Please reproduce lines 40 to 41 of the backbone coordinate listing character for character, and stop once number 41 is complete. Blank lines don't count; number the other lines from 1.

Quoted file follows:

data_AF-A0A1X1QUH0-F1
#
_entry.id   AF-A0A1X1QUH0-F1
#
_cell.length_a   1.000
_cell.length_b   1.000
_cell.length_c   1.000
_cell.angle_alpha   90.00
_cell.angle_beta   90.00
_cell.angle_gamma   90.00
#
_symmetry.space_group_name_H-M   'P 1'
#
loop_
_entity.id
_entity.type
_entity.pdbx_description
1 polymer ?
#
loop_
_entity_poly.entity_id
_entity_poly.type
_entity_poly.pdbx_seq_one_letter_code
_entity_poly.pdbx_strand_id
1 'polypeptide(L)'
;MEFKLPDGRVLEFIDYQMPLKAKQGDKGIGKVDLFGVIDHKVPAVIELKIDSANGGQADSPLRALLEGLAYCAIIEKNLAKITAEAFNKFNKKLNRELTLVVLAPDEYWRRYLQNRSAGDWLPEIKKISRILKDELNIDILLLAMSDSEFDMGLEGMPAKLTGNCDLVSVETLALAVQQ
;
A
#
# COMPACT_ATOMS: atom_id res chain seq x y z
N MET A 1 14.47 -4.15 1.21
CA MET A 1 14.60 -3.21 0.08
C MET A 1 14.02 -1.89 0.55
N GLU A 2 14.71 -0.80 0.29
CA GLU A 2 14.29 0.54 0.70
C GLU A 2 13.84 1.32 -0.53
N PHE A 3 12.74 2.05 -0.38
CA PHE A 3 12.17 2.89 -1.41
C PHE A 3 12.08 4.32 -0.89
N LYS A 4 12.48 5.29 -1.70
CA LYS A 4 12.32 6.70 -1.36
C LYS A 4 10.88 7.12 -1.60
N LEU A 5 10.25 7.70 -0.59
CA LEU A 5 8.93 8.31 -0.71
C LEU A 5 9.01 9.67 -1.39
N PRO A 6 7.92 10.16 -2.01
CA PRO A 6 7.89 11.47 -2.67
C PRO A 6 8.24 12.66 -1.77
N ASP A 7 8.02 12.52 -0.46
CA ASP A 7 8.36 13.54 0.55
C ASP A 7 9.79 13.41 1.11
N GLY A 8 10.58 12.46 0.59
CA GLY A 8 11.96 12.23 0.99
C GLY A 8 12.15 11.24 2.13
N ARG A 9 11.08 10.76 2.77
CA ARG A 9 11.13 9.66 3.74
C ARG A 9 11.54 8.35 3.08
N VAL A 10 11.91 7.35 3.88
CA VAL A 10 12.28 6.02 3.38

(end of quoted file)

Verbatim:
N LYS A 4 12.48 5.29 -1.70
CA LYS A 4 12.32 6.70 -1.36